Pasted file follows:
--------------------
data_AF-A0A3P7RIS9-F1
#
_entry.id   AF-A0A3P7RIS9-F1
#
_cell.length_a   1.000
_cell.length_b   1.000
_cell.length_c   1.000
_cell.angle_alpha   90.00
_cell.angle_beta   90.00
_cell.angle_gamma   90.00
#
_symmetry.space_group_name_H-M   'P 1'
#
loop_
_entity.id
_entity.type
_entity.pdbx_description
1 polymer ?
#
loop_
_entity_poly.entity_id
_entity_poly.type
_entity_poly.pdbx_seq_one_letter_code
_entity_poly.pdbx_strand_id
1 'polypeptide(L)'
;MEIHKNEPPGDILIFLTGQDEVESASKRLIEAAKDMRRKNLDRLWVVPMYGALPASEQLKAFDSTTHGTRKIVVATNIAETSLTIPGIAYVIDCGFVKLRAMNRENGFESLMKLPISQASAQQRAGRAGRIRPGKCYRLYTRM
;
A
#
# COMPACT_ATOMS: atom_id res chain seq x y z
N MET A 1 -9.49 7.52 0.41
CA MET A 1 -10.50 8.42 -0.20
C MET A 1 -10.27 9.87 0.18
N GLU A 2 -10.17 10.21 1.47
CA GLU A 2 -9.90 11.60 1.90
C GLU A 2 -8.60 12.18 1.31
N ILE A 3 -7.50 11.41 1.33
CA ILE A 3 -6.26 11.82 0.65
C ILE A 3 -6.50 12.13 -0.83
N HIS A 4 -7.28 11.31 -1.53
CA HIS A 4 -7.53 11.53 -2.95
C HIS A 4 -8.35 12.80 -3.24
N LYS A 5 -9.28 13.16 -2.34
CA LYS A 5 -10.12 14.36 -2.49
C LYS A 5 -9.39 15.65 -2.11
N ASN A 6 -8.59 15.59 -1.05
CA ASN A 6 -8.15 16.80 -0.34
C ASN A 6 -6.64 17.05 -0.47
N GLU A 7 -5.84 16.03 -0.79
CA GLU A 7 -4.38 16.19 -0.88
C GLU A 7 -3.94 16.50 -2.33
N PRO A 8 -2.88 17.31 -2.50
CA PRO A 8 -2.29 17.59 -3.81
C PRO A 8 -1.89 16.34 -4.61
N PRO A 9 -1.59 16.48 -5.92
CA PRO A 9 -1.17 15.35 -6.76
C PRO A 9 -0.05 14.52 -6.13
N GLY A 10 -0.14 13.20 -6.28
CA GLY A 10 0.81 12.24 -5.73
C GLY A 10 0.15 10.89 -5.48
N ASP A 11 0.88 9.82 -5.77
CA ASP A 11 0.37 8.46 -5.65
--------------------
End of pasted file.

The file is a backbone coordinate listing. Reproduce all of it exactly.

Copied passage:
data_AF-A0A3P7RIS9-F1
#
_entry.id   AF-A0A3P7RIS9-F1
#
_cell.length_a   1.000
_cell.length_b   1.000
_cell.length_c   1.000
_cell.angle_alpha   90.00
_cell.angle_beta   90.00
_cell.angle_gamma   90.00
#
_symmetry.space_group_name_H-M   'P 1'
#
loop_
_entity.id
_entity.type
_entity.pdbx_description
1 polymer ?
#
loop_
_entity_poly.entity_id
_entity_poly.type
_entity_poly.pdbx_seq_one_letter_code
_entity_poly.pdbx_strand_id
1 'polypeptide(L)'
;MEIHKNEPPGDILIFLTGQDEVESASKRLIEAAKDMRRKNLDRLWVVPMYGALPASEQLKAFDSTTHGTRKIVVATNIAETSLTIPGIAYVIDCGFVKLRAMNRENGFESLMKLPISQASAQQRAGRAGRIRPGKCYRLYTRM
;
A
#
# COMPACT_ATOMS: atom_id res chain seq x y z
N MET A 1 -9.49 7.52 0.41
CA MET A 1 -10.50 8.42 -0.20
C MET A 1 -10.27 9.87 0.18
N GLU A 2 -10.17 10.21 1.47
CA GLU A 2 -9.90 11.60 1.90
C GLU A 2 -8.60 12.18 1.31
N ILE A 3 -7.50 11.41 1.33
CA ILE A 3 -6.26 11.82 0.65
C ILE A 3 -6.50 12.13 -0.83
N HIS A 4 -7.28 11.31 -1.53
CA HIS A 4 -7.53 11.53 -2.95
C HIS A 4 -8.35 12.80 -3.24
N LYS A 5 -9.28 13.16 -2.34
CA LYS A 5 -10.12 14.36 -2.49
C LYS A 5 -9.39 15.65 -2.11
N ASN A 6 -8.59 15.59 -1.05
CA ASN A 6 -8.15 16.80 -0.34
C ASN A 6 -6.64 17.05 -0.47
N GLU A 7 -5.84 16.03 -0.79
CA GLU A 7 -4.38 16.19 -0.88
C GLU A 7 -3.94 16.50 -2.33
N PRO A 8 -2.88 17.31 -2.50
CA PRO A 8 -2.29 17.59 -3.81
C PRO A 8 -1.89 16.34 -4.61
N PRO A 9 -1.59 16.48 -5.92
CA PRO A 9 -1.17 15.35 -6.76
C PRO A 9 -0.05 14.52 -6.13
N GLY A 10 -0.14 13.20 -6.28
CA GLY A 10 0.81 12.24 -5.73
C GLY A 10 0.15 10.89 -5.48
N ASP A 11 0.88 9.82 -5.77
CA ASP A 11 0.37 8.46 -5.65